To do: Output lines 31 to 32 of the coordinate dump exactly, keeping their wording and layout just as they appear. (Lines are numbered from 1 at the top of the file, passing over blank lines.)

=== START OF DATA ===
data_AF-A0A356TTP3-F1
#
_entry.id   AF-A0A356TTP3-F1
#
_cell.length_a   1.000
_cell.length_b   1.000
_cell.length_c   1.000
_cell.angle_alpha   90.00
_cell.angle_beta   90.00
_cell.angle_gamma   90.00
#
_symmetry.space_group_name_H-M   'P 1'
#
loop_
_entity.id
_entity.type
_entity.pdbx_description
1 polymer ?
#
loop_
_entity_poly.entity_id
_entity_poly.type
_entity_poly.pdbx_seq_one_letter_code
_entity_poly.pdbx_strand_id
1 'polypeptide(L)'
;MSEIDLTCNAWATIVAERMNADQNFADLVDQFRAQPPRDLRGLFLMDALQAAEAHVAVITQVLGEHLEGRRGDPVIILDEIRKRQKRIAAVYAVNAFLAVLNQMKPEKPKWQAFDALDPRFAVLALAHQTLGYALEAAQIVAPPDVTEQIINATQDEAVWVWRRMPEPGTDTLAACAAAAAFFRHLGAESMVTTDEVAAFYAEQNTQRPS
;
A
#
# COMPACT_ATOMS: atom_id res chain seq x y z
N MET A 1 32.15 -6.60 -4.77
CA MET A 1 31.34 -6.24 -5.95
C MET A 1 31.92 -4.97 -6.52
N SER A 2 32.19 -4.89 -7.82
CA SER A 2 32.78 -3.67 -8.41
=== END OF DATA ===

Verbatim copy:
N MET A 1 32.15 -6.60 -4.77
CA MET A 1 31.34 -6.24 -5.95